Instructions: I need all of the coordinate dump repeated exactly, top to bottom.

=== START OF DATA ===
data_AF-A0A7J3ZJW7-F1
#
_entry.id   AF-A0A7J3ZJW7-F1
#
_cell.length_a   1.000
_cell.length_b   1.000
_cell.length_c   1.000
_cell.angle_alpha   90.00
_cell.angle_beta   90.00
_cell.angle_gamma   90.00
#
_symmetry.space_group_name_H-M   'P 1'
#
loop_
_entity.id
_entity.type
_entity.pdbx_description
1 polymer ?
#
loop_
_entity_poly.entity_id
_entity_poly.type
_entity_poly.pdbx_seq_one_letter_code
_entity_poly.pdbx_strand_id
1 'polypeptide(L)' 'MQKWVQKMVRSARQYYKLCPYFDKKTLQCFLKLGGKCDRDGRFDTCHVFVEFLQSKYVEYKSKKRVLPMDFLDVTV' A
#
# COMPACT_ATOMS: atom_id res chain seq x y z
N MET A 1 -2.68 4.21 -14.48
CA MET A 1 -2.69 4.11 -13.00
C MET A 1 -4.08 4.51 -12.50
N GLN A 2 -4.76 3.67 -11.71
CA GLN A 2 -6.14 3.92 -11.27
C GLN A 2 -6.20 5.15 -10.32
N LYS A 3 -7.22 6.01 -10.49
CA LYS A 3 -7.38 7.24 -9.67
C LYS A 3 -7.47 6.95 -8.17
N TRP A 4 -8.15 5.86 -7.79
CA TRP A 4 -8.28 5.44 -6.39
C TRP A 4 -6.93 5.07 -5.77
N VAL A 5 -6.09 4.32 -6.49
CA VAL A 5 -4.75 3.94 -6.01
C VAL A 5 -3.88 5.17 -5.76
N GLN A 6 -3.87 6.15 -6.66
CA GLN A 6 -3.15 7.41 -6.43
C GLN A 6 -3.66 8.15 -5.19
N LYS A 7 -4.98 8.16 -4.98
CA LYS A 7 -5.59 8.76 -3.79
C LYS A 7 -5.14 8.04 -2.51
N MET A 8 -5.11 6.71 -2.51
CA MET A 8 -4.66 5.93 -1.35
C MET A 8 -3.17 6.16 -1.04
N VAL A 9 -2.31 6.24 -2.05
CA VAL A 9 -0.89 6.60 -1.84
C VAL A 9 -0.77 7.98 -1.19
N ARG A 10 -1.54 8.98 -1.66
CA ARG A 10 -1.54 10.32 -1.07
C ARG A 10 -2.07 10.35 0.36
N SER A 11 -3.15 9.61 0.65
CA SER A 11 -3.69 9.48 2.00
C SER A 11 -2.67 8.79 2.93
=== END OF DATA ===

data_AF-A0A7J3ZJW7-F1
#
_entry.id   AF-A0A7J3ZJW7-F1
#
_cell.length_a   1.000
_cell.length_b   1.000
_cell.length_c   1.000
_cell.angle_alpha   90.00
_cell.angle_beta   90.00
_cell.angle_gamma   90.00
#
_symmetry.space_group_name_H-M   'P 1'
#
loop_
_entity.id
_entity.type
_entity.pdbx_description
1 polymer ?
#
loop_
_entity_poly.entity_id
_entity_poly.type
_entity_poly.pdbx_seq_one_letter_code
_entity_poly.pdbx_strand_id
1 'polypeptide(L)' 'MQKWVQKMVRSARQYYKLCPYFDKKTLQCFLKLGGKCDRDGRFDTCHVFVEFLQSKYVEYKSKKRVLPMDFLDVTV' A
#
# COMPACT_ATOMS: atom_id res chain seq x y z
N MET A 1 -2.68 4.21 -14.48
CA MET A 1 -2.69 4.11 -13.00
C MET A 1 -4.08 4.51 -12.50
N GLN A 2 -4.76 3.67 -11.71
CA GLN A 2 -6.14 3.92 -11.27
C GLN A 2 -6.20 5.15 -10.32
N LYS A 3 -7.22 6.01 -10.49
CA LYS A 3 -7.38 7.24 -9.67
C LYS A 3 -7.47 6.95 -8.17
N TRP A 4 -8.15 5.86 -7.79
CA TRP A 4 -8.28 5.44 -6.39
C TRP A 4 -6.93 5.07 -5.77
N VAL A 5 -6.09 4.32 -6.49
CA VAL A 5 -4.75 3.94 -6.01
C VAL A 5 -3.88 5.17 -5.76
N GLN A 6 -3.87 6.15 -6.66
CA GLN A 6 -3.15 7.41 -6.43
C GLN A 6 -3.66 8.15 -5.19
N LYS A 7 -4.98 8.16 -4.98
CA LYS A 7 -5.59 8.76 -3.79
C LYS A 7 -5.14 8.04 -2.51
N MET A 8 -5.11 6.71 -2.51
CA MET A 8 -4.66 5.93 -1.35
C MET A 8 -3.17 6.16 -1.04
N VAL A 9 -2.31 6.24 -2.05
CA VAL A 9 -0.89 6.60 -1.84
C VAL A 9 -0.77 7.98 -1.19
N ARG A 10 -1.54 8.98 -1.66
CA ARG A 10 -1.54 10.32 -1.07
C ARG A 10 -2.07 10.35 0.36
N SER A 11 -3.15 9.61 0.65
CA SER A 11 -3.69 9.48 2.00
C SER A 11 -2.67 8.79 2.93